“I want everyone to wear what they want and mix it in their own way. That, to me, is what is modern.”
Although I am a lover of all things vintage, I don’t make it my life.
I enjoy sifting through rails of clothes as I search for the perfect dress, top or jacket, but I get equally excited perusing the contents of H&M or (if I am feeling flush) Topshop. I like to mix up my style and, rather than wear head to toe vintage – because, quite frankly, I don’t think I could pull it off as wonderfully as some women do – I like to incorporate old, found, or borrowed pieces (I have recently discovered my mum’s 80s collection lurking at the back of the wardrobe in the spare room like some fashion Narnia) into my everyday wardrobe of denim, black t-shirts, camis and fake gold jewellery.
Now, London is a vintage lover’s dream. There are a plethora of independent vintage shops secreted in alleyways and shopping centres – some by big names such as Lilly Allen’s Lucy in Disguise, or – more recently – the fabulous Dawn O’Porter (my girl crush) and her pop up BOB by DOP shop in Covent Garden – and some that have just been there forever (Beyond Retro is a favourite of mine and you can’t go wrong with a bit of Brick Lane for some vintage treasures).
But enough of our capital.
I want to talk about my favourite place (and my current home) Manchester. It’s widely known that this Northern city has its own unique style. From punk, to indie, to the rave-culture of the Hacienda, and the fashion influence of bands such as The Stone Roses and The Happy Mondays (did you catch This is England, 90 recently? I know it was set in Nottingham but the influence of the North, and Manchester in particular, is clearly evident). It’s a place where, even today with our mass-market Primark culture (I love a bit of Primarni, me) you can walk down Market Street and everyone has their own style. I had great fun not so long ago writing a scene in my YA novel, LOL, about the kids who hang out at Cathedral Gardens – all eye liner, skateboards, piercings, black ripped jeans, and attitude. I adore the mish-mash of styles in our rainy city and love nothing more than sitting in the Northern Quarter or St Anne’s Square, and watching these people mill by.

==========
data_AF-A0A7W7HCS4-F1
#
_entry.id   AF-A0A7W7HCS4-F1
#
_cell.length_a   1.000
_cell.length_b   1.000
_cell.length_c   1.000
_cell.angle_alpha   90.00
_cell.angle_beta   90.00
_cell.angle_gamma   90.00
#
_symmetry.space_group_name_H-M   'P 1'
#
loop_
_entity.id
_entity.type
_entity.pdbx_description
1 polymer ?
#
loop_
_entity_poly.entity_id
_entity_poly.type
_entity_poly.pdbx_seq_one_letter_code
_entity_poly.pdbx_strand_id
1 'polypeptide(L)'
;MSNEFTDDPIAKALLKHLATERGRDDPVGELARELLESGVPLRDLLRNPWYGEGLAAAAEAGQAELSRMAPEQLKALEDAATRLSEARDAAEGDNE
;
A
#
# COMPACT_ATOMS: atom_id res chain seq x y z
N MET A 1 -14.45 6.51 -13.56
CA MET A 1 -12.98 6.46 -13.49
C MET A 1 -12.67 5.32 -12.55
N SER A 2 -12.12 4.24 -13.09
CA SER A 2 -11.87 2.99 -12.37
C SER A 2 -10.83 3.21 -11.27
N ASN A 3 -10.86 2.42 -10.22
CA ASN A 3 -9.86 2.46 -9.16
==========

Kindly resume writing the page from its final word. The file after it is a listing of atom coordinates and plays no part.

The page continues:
So as you all know it was my 30th Birthday a few days ago, and what I really wanted to do was just have a low key day, including heading into town to sample the EPIC pancakes at Sugar Junction which is fast becoming my favourite place to get breakfast.
Top Tip: It can get pretty busy so head to Sugar Junction on a week day and avoid peak lunch hours. The food is really amazing so to avoid food envy (which you will get) maybe share some breakfast dishes with your companions. The tea and coffee selection is fabulous – my recommendation is the Chai latte (as I love all things Chai) – as is the cake. Go with an elasticated waistband and a good appetite!
Next on my birthday wish list was time spent trawling the Norther Quarter’s vintage shops (although my favourite vintage/second hand emporium has now been replaced by a Turtle Bay) in hot pursuit of my new favourite item of clothing: pleated midi skirts. The obsession is strong.